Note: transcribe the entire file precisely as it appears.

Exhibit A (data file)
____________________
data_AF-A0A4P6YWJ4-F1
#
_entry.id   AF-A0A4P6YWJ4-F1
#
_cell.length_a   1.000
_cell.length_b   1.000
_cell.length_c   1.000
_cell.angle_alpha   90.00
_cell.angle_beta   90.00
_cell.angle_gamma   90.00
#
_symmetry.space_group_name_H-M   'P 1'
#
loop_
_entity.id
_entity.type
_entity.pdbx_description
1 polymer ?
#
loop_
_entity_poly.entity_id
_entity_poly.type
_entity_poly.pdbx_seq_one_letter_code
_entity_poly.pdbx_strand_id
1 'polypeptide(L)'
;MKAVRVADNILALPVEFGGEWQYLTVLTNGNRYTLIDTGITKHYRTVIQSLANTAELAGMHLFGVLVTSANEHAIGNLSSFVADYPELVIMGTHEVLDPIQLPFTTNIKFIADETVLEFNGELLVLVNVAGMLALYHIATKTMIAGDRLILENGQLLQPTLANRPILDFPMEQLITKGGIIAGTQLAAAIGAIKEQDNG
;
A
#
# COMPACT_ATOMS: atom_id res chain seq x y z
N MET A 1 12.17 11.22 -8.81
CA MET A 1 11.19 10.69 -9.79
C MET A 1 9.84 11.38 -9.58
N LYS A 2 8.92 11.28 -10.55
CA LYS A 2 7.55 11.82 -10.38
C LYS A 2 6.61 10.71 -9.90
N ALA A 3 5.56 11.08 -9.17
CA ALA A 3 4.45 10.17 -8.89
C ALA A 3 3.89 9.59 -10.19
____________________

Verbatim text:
data_AF-A0A4P6YWJ4-F1
#
_entry.id   AF-A0A4P6YWJ4-F1
#
_cell.length_a   1.000
_cell.length_b   1.000
_cell.length_c   1.000
_cell.angle_alpha   90.00
_cell.angle_beta   90.00
_cell.angle_gamma   90.00
#
_symmetry.space_group_name_H-M   'P 1'
#
loop_
_entity.id
_entity.type
_entity.pdbx_description
1 polymer ?
#
loop_
_entity_poly.entity_id
_entity_poly.type
_entity_poly.pdbx_seq_one_letter_code
_entity_poly.pdbx_strand_id
1 'polypeptide(L)'
;MKAVRVADNILALPVEFGGEWQYLTVLTNGNRYTLIDTGITKHYRTVIQSLANTAELAGMHLFGVLVTSANEHAIGNLSSFVADYPELVIMGTHEVLDPIQLPFTTNIKFIADETVLEFNGELLVLVNVAGMLALYHIATKTMIAGDRLILENGQLLQPTLANRPILDFPMEQLITKGGIIAGTQLAAAIGAIKEQDNG
;
A
#
# COMPACT_ATOMS: atom_id res chain seq x y z
N MET A 1 12.17 11.22 -8.81
CA MET A 1 11.19 10.69 -9.79
C MET A 1 9.84 11.38 -9.58
N LYS A 2 8.92 11.28 -10.55
CA LYS A 2 7.55 11.82 -10.38
C LYS A 2 6.61 10.71 -9.90
N ALA A 3 5.56 11.08 -9.17
CA ALA A 3 4.45 10.17 -8.89
C ALA A 3 3.89 9.59 -10.19